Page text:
In my view, both Marx and Marks also suffer from some remarkable blind spots.
Most notably, Karl Marx got the unfolding of history all wrong. Marx’s utopian vision of socialism did not rise inevitably from the ashes of capitalism, and what did arise in the name of socialism turned out to be a cover for bloody dictatorships that have cost tens of millions of people their lives since Marx penned his first works.
Marx also was a hypocrite. This leading critic of capitalism lived off the generosity of Frederick Engels, co-author of “The Communist Manifesto.” Engels was a rich kid who ran his father’s factory in Manchester and funded Marx’s anti-capitalist writings from the proceeds of his family’s venture. Even Karl Marx had to live in the real world.
Howard Marks, who bought an apartment in 2012 on New York City’s Park Avenue for $52.5 million, doesn’t have such worries.
Yet, as a value investor and Buffett disciple, Marks also has his blind spots.
Marks uses what he calls “second-level thinking” — unique insights he and other value investors have — to decide which stocks to buy.
However, Marks’ description of the investment process is incomplete at best.
Marks writes nothing about when to sell. Nor does Marks ever address the issue of position size, that is, how much he is willing to invest in a position and how important this is to his superior investment returns.
This is ironic. Oaktree’s 13F disclosure statements to the Securities and Exchange Commission (SEC) confirm that Marks often makes huge bets on particular stocks. As any designer of a trading system knows, it is bet size that matters the most to your investment returns. It is, literally, “the most important thing.”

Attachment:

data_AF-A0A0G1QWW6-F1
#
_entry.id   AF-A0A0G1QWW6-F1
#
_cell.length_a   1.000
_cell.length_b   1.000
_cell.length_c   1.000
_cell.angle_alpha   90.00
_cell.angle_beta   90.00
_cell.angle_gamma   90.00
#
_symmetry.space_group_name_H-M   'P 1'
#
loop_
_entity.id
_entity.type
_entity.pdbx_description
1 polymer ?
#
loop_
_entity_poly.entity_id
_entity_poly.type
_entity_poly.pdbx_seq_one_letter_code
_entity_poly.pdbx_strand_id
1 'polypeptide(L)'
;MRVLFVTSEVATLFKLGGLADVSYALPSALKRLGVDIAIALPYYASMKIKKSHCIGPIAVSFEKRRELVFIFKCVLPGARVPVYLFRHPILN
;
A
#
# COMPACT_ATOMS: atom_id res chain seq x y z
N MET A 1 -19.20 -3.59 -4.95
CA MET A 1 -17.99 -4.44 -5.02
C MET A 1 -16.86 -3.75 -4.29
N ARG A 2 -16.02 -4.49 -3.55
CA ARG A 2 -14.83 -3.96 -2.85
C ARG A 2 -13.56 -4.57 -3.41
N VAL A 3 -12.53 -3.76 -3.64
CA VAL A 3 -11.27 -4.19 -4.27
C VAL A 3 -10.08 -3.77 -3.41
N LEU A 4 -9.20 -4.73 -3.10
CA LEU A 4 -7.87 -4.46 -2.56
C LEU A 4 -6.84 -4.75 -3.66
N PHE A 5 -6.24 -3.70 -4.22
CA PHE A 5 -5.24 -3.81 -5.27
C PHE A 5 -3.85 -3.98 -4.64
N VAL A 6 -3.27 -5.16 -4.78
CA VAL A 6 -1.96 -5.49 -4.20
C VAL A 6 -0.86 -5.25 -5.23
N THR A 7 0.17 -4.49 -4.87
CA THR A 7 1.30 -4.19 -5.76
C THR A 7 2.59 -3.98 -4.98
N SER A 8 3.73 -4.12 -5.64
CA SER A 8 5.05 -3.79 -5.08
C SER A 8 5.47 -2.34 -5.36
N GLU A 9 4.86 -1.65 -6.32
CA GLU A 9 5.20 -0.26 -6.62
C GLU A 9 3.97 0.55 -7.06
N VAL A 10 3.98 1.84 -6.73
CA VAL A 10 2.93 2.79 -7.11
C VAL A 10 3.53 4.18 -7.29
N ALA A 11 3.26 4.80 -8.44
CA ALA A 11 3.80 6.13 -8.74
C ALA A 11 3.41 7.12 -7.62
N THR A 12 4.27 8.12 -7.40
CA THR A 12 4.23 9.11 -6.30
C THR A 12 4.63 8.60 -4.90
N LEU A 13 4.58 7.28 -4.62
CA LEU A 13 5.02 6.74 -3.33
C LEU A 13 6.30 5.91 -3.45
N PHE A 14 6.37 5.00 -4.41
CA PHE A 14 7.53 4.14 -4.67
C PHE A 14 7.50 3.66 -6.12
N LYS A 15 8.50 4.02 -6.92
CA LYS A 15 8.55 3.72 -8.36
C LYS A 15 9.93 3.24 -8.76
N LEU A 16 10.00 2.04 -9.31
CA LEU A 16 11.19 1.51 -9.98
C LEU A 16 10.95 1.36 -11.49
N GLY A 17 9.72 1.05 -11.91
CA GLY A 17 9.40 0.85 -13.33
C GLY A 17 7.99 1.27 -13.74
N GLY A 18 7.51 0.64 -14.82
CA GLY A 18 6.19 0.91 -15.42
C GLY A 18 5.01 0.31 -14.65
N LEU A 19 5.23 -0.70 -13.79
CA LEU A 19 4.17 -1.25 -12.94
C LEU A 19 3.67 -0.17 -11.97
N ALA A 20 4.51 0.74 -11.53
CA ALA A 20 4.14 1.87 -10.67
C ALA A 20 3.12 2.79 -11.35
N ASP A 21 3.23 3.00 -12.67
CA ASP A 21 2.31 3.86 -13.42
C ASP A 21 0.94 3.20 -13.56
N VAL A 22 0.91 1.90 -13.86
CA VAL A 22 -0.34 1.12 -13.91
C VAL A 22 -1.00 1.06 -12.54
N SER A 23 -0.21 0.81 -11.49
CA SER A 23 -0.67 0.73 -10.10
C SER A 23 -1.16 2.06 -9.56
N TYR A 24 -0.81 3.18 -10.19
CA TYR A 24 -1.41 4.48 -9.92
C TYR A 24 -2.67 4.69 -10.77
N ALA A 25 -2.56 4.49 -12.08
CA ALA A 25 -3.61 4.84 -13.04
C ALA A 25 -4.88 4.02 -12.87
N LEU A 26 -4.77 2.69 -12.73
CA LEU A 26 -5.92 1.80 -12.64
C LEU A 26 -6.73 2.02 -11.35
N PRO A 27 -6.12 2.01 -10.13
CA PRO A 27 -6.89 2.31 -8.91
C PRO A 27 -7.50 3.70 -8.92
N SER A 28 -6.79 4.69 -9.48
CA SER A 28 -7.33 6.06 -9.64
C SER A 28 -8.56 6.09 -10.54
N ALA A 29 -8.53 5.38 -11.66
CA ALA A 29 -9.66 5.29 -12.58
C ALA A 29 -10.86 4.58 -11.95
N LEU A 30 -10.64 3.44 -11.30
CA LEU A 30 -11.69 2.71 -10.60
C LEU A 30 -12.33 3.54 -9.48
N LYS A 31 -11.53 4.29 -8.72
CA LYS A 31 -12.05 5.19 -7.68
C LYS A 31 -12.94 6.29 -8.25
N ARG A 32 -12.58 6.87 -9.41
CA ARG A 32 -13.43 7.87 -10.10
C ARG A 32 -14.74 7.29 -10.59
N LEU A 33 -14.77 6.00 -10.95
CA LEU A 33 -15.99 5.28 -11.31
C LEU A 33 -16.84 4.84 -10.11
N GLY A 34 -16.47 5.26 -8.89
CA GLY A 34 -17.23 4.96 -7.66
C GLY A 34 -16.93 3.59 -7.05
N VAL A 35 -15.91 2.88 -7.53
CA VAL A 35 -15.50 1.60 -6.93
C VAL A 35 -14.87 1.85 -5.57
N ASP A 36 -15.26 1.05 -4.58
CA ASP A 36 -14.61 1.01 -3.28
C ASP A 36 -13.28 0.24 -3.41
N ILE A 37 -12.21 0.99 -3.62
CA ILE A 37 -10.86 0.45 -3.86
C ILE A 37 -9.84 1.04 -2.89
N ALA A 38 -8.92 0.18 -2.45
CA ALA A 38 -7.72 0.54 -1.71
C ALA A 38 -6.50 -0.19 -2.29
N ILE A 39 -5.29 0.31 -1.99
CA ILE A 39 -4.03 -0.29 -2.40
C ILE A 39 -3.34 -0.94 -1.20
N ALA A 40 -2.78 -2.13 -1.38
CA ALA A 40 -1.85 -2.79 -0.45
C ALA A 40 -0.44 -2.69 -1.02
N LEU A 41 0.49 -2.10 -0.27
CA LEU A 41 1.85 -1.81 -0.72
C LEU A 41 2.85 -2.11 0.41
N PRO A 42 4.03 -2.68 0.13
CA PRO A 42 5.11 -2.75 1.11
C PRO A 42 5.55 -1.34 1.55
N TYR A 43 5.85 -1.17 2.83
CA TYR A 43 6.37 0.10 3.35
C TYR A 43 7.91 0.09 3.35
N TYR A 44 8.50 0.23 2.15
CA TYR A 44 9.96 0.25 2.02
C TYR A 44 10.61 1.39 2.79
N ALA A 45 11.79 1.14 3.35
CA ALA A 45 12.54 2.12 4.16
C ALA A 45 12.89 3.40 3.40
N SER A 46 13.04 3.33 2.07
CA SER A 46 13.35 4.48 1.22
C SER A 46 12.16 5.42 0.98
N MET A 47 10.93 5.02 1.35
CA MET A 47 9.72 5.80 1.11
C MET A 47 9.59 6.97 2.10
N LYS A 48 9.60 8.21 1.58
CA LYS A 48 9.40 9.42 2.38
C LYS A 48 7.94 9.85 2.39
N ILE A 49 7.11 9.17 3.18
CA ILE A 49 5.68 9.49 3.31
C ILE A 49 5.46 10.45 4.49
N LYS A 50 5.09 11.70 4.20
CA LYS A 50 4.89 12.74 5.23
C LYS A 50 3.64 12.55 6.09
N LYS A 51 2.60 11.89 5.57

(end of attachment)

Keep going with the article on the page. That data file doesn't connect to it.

Marks is also disdainful of alternative investment approaches, such as trend following.
As Marks puts it: “There’s only one way to describe most investors: trend followers. Superior investors are the exact opposite.”
Marks also writes: “investing can’t be reduced to an algorithm and turned over to a computer.”
Both statements by Marks are patently untrue.
There are dozens of investment firms whose methodology is based both on trend following and computer-driven algorithms. Firms like Winton Capital, AQR and Dunn Capital have managed tens of billions of dollars profitably using these methods for decades.
That leads me to what the unlikely duo of Karl Marx and Howard Marks have in common.
Both developed a comprehensive philosophy, which they believe provides all the answers.
In Karl Marx’s case, it is socialism that is the be all and end all of political systems.
In Howard Marks’ case, it is that value investing is the only way to generate better-than-average returns in the market.
Also, neither philosophy brooks any dissent from their received wisdom.
Here’s the reality…
Neither Karl Marx nor Howard Marks offers the only answer to politics and investing.
The world is a much more complicated place than either Marxists or value investors would have you think.
In case you missed it, I encourage you to read my e-letter from last week about a mutual fund manager’s big bet on Florida real estate.
P.S. Howard Marks’ most recent big bet is the latest recent recommendation in my monthly investment service, Smart Money Masters. He’s committed a whopping 21.23% to this single position.
Smart Money Masters is where I recommend the latest and best “smart money” of the world’s leading investors. The current Smart Money Masters portfolio includes Warren Buffett’s, George Soros’ and hedge fund manager Bill Ackman’s top investment bets. One recommendation follows a strategy that is beating Buffett at his own game. You can read about it here.